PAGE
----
Updated: 2020-11-01 by
D.C. law requires you to have health insurance.
Unless you qualify for an exemption, you may be required to pay a tax penalty if you go without health insurance in the District of Columbia. Even though the federal tax penalty for going without health insurance went away in January 2019, the District of Columbia passed its own law imposing a state tax penalty for people who live in D.C.
The penalty is $695 per adult (half that amount for a child) with a maximum penalty of $2,085 or 2.5% of household income, whichever is greater. For the percentage of income calculation, the cap is the average annual premium cost for a bronze plan purchased at DC Health Link.
To avoid the D.C. tax penalty, you must have what the District considers "minimum essential coverage" or prove your eligibility for an exemption.
What qualifies as minimum essential coverage in D.C?
If you have any of the following types of health coverage, you won’t have to pay a penalty:
- an individual insurance plan that meets the requirements of the Affordable Care Act, whether purchased on your own or through DC Health Link, the exchange serving the District of Columbia
- a plan (including COBRA or a retiree plan) provided by your employer
- Medicare, Medicaid, or coverage under the Children’s Health Insurance Program (CHIP) or the Immigrant Children's Program
- TRICARE (coverage from the U.S. military)
- coverage under a veterans health care program
- coverage through the Peace Corps
- health coverage provided under a "multiple employer welfare arrangement" if the arrangements meets laws that were in place as of December 15, 2017.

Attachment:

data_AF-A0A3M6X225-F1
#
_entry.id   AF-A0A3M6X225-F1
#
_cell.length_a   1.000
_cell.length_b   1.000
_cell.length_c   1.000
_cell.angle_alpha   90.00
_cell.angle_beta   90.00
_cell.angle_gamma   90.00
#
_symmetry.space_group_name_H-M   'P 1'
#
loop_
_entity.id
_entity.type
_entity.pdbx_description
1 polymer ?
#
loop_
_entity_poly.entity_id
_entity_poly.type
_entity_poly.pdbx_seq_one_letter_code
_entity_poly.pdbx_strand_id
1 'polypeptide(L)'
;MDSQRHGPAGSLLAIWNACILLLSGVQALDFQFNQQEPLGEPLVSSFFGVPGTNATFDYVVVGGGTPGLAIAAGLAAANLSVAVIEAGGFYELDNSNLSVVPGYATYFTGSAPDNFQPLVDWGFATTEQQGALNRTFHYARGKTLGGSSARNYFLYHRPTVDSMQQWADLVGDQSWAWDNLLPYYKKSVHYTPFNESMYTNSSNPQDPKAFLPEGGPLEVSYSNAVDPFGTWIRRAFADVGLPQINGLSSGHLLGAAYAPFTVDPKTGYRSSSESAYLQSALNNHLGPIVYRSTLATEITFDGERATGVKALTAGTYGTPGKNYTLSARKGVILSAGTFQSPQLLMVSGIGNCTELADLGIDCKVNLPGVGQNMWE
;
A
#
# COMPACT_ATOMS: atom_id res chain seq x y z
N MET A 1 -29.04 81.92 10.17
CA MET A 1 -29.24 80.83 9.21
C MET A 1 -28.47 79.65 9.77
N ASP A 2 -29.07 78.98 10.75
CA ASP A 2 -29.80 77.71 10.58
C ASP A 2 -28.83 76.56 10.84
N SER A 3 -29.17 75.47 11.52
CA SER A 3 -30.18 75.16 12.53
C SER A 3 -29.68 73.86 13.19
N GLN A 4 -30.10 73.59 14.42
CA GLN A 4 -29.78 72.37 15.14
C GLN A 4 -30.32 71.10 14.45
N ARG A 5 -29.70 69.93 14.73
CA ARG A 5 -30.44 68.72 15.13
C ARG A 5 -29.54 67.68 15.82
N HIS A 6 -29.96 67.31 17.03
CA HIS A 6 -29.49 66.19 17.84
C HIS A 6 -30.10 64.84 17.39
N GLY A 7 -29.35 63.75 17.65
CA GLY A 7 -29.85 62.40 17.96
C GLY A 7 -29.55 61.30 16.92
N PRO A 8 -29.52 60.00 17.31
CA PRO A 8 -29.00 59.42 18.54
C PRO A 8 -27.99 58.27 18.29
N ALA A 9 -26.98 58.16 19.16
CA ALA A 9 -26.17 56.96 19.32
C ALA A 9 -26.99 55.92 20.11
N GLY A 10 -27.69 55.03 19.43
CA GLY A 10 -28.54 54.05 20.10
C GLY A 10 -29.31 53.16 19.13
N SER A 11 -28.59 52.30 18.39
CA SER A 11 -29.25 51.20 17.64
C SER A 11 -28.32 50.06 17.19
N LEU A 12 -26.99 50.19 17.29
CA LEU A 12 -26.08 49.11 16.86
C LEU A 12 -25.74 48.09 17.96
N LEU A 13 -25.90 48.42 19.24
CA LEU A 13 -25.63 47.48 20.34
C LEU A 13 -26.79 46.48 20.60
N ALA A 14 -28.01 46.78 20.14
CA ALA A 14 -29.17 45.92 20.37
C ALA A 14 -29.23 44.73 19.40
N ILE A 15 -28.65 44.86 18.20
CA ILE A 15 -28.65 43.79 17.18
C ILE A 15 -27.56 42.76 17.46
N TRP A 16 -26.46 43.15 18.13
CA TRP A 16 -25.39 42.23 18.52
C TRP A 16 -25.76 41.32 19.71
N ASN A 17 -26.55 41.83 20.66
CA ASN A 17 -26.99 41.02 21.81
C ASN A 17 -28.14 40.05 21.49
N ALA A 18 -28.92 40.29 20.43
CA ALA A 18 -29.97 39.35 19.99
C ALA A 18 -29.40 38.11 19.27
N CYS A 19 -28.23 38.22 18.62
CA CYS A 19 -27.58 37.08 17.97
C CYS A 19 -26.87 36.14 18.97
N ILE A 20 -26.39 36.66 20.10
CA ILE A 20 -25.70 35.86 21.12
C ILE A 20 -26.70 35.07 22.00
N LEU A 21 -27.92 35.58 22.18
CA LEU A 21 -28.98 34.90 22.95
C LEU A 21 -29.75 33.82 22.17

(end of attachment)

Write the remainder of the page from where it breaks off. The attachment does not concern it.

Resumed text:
If you aren’t sure whether your current plan qualifies, talk to the plan provider.
What doesn't qualify as minimum essential coverage?
Some types of health plans don’t meet the requirements for coverage under the Affordable Care Act. These include vision insurance, dental insurance, workers’ compensation, coverage that is limited to a specific condition, and plans that offer only discounted medical services.
Am I exempt from the D.C. health insurance requirement?
When the District of Columbia adopted its health insurance requirement, it carried over all the coverage exemptions that originally existed in the Affordable Care Act. It also added a few rules of its own. Under these rules, you don't have to pay the penalty if:
- You qualify for Medicaid.
- Your income is low enough that you don't have to file a D.C. tax return.
- You lack coverage for fewer than three consecutive months of the year.
- You weren't a D.C. resident for the months you weren't covered.
- You have D.C. Healthcare Alliance coverage.
- You are a U.S. citizen who lived abroad during the tax year.
- You are not a legal U.S. resident.
- You are a member of a health care sharing ministry.
- You are a member of a religious group that is conscientiously opposed to accepting health care benefits, including Social Security and Medicare.
- You refuse coverage because of a sincerely held religious belief.
- You are a member of a federally recognized Indian tribe.
- You are in jail or serving a prison sentence.
If you were unable to pay for coverage due to financial or personal hardship, you may apply for an exemption through D.C. Health Link. Hardship exemptions may cover situations from homelessness to domestic violence to bankruptcy.
D.C. Health Link offers a tool to help you understand the health insurance requirement, including whether or not you are exempt from the law and how to apply for a hardship exemption.
To find out how to obtain coverage, see How to Sign Up for Obamacare in the District of Columbia.
For information about costs, see How Much Does Obamacare Cost in the District of Columbia?
You may also be interested in:
Where to go in District of Columbia to get health plans under the Affordable Care Act (Obamacare) and how to get help with the application process.
Essential facts about the Affordable Care Act (ACA or Obamacare) in District of Columbia, including whether you must get health insurance, how much it will cost, and how you can save money.
The Affordable Care Act (Obamacare) tax penalty has been set to zero, but some states have enacted their own health insurance requirements.